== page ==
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While studying elliptic curves I was trying the following problem related with group theory:

Let $A$ be an abelian group of order $m^2$ with $|A[d]|=d^2$ for every $d\mid m$. Prove that $A\cong \mathbb{Z}/m\mathbb{Z}\times\mathbb{Z}/m\mathbb{Z}$

$A[d]$ denote the set of points of $A$ with order dividing $d$.

If $m=p$ prime then either $A\cong \mathbb{Z}/p^2\mathbb{Z}$ or $A\cong \mathbb{Z}/p\mathbb{Z}\times\mathbb{Z}/p\mathbb{Z}$, but $|A[p]|=p^2$ implies that there are $p^2$ elements of order $p$ and thus $A\cong \mathbb{Z}/p\mathbb{Z}\times\mathbb{Z}/p\mathbb{Z}$, since in $\mathbb{Z}/p^2\mathbb{Z}$ there are $\varphi(p^2)=(p-1)p$ elements of order $p$. In a similar way, using the theorem of classification of finite abelian groups we can prove it for $m=p_1p_2$ with $p_1,p_2$ distinct prime numbers.

What about the general case? For any given $m$ we can solve it by checking cases, but if $m=p_1^{a_1}\dots p_n^{a_n}$ with $p_1,\dots,p_n$ there are many options that checking the cases one by one seems not a reasonable option.

My question is if there are some clever argument that solves the general case withouth checking the cases by hand.

Thanks for your help.

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    $\begingroup$ The first thing that comes to mind is to tackle it via the contrapositive: assume that $A\cong \mathbb{Z}/m_1\mathbb{Z}\times\mathbb{Z}/m_2\mathbb{Z}$ with $m_1m_2=m^2$ but $m_1\neq m_2$ and show that there's some $d$ with $|A[d]|\neq d^2$. Given $m_1\neq m_2$ there's at least one prime $p$ that occurs to different powers in $m_1$ and $m_2$, and looking at $|A[p^n]|$ for some suitably chosen $n$ seems like a good starting point. $\endgroup$ Feb 7 at 18:22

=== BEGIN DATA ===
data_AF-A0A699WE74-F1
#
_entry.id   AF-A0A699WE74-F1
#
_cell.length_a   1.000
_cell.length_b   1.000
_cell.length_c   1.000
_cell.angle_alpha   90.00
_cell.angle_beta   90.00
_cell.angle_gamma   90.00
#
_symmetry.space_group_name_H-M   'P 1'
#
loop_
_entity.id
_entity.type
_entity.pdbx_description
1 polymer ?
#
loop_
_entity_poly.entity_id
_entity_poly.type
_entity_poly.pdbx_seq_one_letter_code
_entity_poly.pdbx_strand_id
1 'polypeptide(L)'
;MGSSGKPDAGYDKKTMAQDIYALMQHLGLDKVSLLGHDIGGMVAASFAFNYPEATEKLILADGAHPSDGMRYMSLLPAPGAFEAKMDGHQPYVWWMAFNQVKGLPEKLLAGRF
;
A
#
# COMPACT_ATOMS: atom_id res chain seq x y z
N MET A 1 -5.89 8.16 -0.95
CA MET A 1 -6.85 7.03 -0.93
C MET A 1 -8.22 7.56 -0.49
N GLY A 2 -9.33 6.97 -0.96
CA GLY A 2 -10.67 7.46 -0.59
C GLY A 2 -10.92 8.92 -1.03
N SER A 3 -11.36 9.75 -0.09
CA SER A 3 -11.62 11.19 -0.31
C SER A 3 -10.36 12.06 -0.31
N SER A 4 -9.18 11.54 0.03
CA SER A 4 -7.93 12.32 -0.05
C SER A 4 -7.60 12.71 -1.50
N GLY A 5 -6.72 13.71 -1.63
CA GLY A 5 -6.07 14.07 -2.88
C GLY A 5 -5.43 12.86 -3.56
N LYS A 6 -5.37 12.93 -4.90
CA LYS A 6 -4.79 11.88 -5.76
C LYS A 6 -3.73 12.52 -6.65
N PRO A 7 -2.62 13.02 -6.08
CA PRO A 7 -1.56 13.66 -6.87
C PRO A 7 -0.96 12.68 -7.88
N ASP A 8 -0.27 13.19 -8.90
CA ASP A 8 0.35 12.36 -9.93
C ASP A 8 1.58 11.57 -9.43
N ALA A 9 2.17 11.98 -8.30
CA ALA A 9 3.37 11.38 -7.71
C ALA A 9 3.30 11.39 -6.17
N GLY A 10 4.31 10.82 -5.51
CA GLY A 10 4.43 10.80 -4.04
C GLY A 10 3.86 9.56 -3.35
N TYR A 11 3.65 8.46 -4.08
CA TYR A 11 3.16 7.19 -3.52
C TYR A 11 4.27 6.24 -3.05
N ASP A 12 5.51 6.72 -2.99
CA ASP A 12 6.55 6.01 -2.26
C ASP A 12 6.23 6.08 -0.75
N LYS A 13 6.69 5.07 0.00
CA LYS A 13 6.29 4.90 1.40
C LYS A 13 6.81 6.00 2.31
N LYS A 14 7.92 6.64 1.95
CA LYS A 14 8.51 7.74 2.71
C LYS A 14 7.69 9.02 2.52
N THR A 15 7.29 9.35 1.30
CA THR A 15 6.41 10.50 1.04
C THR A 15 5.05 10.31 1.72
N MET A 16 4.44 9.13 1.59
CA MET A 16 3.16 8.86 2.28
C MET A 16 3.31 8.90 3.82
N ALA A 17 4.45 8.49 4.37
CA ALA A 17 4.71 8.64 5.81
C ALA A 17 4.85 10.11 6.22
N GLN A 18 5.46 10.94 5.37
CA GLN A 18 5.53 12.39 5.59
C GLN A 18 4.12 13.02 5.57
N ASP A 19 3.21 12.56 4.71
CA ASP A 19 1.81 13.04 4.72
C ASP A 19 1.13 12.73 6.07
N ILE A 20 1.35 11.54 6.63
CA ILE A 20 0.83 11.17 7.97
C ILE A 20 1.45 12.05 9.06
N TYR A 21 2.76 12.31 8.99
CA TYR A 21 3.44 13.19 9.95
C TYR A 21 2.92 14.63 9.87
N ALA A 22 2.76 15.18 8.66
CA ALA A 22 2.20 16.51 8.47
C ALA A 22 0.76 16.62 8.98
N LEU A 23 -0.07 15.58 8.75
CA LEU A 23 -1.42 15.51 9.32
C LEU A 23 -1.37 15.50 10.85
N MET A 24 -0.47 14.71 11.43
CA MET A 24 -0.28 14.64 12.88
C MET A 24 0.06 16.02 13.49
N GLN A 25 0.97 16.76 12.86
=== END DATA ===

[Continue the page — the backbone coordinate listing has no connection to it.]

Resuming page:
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    $\begingroup$ I doubt that $A[d]$ is "the set of points of $A$ with order $d$". I expect it is the set of points with exponent $d$, that is, of order dividing $d$. Otherwise, no group satisfies the equation, so you can prove whatever you want with it. For example, the number of elements of order $2$ in $\mathbb{Z}_2\times\mathbb{Z}_2$ is three, not $4$. $\endgroup$ Feb 7 at 18:33
  • $\begingroup$ @ArturoMagidin yeah, you're right, sorry for the typo. $\endgroup$
    – Marcos
    Feb 7 at 19:24

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Since every finite abelian group is the direct product of its Sylow $p$-subgroups, it suffices to prove this when $m=p^a$ is a power of a prime. And when $m=p^a$, checking $d=p$ shows that the group is the direct product of two $p$-groups, while checking $d=p^a$ shows that the direct factors must both have order $p^a$ as needed.

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  • $\begingroup$ Thanks, short and elegant. $\endgroup$
    – Marcos
    Feb 7 at 19:24

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